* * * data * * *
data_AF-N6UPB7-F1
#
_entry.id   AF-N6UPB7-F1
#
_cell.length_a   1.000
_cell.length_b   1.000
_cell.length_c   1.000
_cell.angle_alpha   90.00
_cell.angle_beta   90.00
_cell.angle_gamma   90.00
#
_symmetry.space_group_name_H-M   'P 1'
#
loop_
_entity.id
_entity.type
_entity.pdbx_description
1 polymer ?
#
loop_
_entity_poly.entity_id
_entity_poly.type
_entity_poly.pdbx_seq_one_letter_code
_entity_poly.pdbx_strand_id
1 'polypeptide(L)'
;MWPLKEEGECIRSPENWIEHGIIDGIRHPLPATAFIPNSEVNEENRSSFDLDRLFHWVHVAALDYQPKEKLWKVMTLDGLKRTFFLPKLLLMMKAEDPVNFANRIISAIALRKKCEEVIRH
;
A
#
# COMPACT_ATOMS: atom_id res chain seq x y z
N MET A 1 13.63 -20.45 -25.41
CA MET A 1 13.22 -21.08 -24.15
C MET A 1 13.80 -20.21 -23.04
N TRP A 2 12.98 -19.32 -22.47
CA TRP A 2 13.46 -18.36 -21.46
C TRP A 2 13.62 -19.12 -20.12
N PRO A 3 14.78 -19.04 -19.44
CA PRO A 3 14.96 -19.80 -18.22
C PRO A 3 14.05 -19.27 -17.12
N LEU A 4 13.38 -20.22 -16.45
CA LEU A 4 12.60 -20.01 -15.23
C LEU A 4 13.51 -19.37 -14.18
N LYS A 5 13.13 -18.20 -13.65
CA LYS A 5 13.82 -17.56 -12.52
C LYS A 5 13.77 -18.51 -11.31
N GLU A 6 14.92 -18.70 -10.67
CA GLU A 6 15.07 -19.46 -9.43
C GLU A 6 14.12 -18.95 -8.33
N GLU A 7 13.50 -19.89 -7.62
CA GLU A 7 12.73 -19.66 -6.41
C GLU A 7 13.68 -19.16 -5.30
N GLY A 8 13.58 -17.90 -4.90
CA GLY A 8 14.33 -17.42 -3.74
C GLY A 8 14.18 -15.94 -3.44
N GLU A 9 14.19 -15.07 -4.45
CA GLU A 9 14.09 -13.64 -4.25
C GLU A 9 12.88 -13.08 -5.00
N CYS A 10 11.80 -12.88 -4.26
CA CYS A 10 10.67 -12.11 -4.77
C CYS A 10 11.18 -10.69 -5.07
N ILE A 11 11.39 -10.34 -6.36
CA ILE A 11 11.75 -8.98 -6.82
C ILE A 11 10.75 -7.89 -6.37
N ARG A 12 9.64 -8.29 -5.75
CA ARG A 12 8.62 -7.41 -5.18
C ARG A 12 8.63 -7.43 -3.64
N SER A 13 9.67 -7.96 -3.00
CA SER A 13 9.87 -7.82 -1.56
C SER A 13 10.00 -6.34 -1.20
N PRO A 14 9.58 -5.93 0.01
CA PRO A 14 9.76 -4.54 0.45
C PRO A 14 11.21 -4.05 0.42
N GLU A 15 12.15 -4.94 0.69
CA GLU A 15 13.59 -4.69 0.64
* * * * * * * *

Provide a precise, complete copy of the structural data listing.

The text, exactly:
data_AF-N6UPB7-F1
#
_entry.id   AF-N6UPB7-F1
#
_cell.length_a   1.000
_cell.length_b   1.000
_cell.length_c   1.000
_cell.angle_alpha   90.00
_cell.angle_beta   90.00
_cell.angle_gamma   90.00
#
_symmetry.space_group_name_H-M   'P 1'
#
loop_
_entity.id
_entity.type
_entity.pdbx_description
1 polymer ?
#
loop_
_entity_poly.entity_id
_entity_poly.type
_entity_poly.pdbx_seq_one_letter_code
_entity_poly.pdbx_strand_id
1 'polypeptide(L)'
;MWPLKEEGECIRSPENWIEHGIIDGIRHPLPATAFIPNSEVNEENRSSFDLDRLFHWVHVAALDYQPKEKLWKVMTLDGLKRTFFLPKLLLMMKAEDPVNFANRIISAIALRKKCEEVIRH
;
A
#
# COMPACT_ATOMS: atom_id res chain seq x y z
N MET A 1 13.63 -20.45 -25.41
CA MET A 1 13.22 -21.08 -24.15
C MET A 1 13.80 -20.21 -23.04
N TRP A 2 12.98 -19.32 -22.47
CA TRP A 2 13.46 -18.36 -21.46
C TRP A 2 13.62 -19.12 -20.12
N PRO A 3 14.78 -19.04 -19.44
CA PRO A 3 14.96 -19.80 -18.22
C PRO A 3 14.05 -19.27 -17.12
N LEU A 4 13.38 -20.22 -16.45
CA LEU A 4 12.60 -20.01 -15.23
C LEU A 4 13.51 -19.37 -14.18
N LYS A 5 13.13 -18.20 -13.65
CA LYS A 5 13.82 -17.56 -12.52
C LYS A 5 13.77 -18.51 -11.31
N GLU A 6 14.92 -18.70 -10.67
CA GLU A 6 15.07 -19.46 -9.43
C GLU A 6 14.12 -18.95 -8.33
N GLU A 7 13.50 -19.89 -7.62
CA GLU A 7 12.73 -19.66 -6.41
C GLU A 7 13.68 -19.16 -5.30
N GLY A 8 13.58 -17.90 -4.90
CA GLY A 8 14.33 -17.42 -3.74
C GLY A 8 14.18 -15.94 -3.44
N GLU A 9 14.19 -15.07 -4.45
CA GLU A 9 14.09 -13.64 -4.25
C GLU A 9 12.88 -13.08 -5.00
N CYS A 10 11.80 -12.88 -4.26
CA CYS A 10 10.67 -12.11 -4.77
C CYS A 10 11.18 -10.69 -5.07
N ILE A 11 11.39 -10.34 -6.36
CA ILE A 11 11.75 -8.98 -6.82
C ILE A 11 10.75 -7.89 -6.37
N ARG A 12 9.64 -8.29 -5.75
CA ARG A 12 8.62 -7.41 -5.18
C ARG A 12 8.63 -7.43 -3.64
N SER A 13 9.67 -7.96 -3.00
CA SER A 13 9.87 -7.82 -1.56
C SER A 13 10.00 -6.34 -1.20
N PRO A 14 9.58 -5.93 0.01
CA PRO A 14 9.76 -4.54 0.45
C PRO A 14 11.21 -4.05 0.42
N GLU A 15 12.15 -4.94 0.69
CA GLU A 15 13.59 -4.69 0.64